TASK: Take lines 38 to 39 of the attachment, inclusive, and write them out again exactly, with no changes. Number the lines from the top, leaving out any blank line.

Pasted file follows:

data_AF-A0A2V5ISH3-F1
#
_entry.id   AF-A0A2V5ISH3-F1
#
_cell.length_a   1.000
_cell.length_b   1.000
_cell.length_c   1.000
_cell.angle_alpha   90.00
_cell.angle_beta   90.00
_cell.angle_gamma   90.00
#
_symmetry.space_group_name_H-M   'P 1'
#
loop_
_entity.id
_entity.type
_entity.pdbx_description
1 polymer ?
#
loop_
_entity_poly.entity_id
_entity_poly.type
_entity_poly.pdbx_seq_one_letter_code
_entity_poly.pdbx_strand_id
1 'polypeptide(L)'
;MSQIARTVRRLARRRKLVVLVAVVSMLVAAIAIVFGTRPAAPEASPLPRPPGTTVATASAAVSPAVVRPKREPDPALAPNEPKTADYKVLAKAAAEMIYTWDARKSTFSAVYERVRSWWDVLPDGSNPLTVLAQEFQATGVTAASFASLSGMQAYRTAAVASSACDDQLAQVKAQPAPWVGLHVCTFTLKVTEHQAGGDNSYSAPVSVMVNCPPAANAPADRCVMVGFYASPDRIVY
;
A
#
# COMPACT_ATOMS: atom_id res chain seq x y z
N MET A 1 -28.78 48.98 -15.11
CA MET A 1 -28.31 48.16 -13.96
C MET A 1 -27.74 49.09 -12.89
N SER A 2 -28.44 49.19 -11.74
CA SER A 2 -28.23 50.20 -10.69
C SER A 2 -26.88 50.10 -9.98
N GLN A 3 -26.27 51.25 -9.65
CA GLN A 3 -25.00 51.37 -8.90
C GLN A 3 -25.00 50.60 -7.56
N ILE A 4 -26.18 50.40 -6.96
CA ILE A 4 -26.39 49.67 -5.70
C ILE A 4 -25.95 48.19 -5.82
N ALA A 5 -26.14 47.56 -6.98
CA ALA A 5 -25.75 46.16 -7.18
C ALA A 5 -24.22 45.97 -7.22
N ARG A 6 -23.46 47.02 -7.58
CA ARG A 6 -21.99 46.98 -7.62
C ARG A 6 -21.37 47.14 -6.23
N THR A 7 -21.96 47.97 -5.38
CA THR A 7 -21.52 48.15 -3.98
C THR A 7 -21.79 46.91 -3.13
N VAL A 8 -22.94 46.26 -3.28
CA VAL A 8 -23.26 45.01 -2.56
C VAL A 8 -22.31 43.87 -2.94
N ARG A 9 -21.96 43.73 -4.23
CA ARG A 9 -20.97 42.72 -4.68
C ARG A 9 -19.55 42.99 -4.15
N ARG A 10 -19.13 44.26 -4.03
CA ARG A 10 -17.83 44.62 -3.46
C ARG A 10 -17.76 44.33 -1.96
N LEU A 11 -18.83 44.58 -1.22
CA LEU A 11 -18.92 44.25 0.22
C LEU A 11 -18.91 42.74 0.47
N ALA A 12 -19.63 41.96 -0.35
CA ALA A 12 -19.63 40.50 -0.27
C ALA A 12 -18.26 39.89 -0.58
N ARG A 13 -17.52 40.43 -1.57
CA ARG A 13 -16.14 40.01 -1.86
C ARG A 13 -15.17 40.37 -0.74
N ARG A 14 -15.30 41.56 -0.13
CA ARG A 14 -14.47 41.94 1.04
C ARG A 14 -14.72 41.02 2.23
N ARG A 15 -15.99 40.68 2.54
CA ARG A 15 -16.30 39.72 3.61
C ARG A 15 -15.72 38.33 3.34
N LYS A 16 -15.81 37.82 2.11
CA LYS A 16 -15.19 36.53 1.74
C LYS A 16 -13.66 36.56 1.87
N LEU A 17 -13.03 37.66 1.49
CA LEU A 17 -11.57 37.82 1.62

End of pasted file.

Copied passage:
CA GLN A 3 -25.00 51.37 -8.90
C GLN A 3 -25.00 50.60 -7.56